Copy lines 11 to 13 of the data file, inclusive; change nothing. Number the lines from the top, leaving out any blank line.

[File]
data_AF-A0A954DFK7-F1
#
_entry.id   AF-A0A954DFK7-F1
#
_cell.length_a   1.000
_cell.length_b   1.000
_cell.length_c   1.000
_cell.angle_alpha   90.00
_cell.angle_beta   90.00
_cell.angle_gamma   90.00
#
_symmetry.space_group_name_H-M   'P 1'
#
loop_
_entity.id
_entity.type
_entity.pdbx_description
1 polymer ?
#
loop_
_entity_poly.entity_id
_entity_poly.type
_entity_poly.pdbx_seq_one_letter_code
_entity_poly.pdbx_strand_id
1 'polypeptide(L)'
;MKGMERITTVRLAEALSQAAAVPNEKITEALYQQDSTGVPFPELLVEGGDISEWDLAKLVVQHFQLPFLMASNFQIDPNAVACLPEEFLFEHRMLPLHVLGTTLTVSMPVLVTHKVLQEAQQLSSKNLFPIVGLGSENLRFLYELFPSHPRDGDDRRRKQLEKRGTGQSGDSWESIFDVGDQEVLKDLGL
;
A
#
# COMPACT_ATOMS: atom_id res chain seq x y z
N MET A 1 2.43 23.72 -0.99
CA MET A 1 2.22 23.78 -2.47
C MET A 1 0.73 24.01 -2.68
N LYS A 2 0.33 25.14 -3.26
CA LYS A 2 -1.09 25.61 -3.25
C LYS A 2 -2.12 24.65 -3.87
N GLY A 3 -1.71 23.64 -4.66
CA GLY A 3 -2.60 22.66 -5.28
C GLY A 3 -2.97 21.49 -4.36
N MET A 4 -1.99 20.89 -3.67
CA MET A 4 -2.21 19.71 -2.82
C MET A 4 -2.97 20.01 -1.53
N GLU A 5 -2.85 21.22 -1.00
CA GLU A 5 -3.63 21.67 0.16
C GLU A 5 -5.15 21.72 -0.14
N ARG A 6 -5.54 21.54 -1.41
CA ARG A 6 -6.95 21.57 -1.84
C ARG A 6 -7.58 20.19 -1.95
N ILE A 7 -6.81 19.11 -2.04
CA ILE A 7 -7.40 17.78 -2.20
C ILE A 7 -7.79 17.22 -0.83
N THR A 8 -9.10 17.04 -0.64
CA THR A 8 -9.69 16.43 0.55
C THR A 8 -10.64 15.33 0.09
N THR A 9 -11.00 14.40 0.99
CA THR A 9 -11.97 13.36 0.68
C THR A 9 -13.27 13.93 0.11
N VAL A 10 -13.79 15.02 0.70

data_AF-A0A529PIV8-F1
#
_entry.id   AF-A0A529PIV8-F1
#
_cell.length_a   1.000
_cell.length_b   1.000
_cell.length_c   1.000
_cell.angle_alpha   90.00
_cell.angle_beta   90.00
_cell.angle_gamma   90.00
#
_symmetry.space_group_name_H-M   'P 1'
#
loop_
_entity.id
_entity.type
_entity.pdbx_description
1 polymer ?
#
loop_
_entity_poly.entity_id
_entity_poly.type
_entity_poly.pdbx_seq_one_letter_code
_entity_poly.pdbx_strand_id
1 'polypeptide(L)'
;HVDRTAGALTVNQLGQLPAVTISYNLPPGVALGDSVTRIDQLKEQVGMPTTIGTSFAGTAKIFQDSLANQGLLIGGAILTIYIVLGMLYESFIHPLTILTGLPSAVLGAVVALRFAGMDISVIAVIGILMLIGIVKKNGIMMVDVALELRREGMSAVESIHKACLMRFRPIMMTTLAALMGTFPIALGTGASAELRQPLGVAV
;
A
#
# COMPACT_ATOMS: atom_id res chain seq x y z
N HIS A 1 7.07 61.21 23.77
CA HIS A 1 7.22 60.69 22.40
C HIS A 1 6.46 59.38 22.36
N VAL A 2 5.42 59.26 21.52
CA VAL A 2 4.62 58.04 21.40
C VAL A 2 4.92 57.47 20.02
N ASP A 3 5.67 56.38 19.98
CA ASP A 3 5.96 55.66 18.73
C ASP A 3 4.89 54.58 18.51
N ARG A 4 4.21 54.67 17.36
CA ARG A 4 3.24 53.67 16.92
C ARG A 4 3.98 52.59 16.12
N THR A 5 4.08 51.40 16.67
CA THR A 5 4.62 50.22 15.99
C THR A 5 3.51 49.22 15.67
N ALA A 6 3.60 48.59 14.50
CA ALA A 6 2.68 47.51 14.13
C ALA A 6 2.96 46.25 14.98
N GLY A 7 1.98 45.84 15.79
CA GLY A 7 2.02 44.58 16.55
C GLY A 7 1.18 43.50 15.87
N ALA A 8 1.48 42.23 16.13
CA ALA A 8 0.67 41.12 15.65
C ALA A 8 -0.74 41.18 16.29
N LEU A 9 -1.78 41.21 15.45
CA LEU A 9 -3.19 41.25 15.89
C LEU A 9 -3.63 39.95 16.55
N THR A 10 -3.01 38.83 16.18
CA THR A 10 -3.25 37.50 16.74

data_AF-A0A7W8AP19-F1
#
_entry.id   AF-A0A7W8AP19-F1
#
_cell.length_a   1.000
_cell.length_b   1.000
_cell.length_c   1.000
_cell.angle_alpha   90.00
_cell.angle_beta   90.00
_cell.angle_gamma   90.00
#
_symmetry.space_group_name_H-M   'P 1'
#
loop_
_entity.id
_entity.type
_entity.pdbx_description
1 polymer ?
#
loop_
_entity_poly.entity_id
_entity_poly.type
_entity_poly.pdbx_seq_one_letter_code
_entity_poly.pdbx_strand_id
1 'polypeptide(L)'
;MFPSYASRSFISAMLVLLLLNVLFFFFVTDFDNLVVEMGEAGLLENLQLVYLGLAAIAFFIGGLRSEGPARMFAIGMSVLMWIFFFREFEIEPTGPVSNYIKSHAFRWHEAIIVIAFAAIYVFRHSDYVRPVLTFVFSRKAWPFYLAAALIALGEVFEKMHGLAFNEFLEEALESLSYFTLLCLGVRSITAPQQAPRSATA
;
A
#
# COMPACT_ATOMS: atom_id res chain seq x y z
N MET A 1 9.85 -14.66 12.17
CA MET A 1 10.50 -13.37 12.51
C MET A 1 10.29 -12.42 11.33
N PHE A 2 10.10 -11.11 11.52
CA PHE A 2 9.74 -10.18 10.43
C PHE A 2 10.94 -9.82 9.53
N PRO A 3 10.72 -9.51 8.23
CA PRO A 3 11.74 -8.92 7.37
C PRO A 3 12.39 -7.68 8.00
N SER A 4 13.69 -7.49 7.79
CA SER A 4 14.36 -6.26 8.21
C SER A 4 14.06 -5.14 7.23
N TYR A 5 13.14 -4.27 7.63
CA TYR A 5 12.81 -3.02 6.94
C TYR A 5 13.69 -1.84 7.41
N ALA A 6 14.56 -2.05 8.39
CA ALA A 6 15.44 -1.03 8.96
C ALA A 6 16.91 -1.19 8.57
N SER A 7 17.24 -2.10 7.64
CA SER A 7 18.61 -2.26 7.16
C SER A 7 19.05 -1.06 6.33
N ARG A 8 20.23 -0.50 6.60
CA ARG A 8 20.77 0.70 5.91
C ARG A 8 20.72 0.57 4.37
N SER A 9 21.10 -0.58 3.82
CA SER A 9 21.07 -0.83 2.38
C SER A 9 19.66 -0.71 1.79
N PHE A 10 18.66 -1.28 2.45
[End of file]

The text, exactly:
#
_symmetry.space_group_name_H-M   'P 1'
#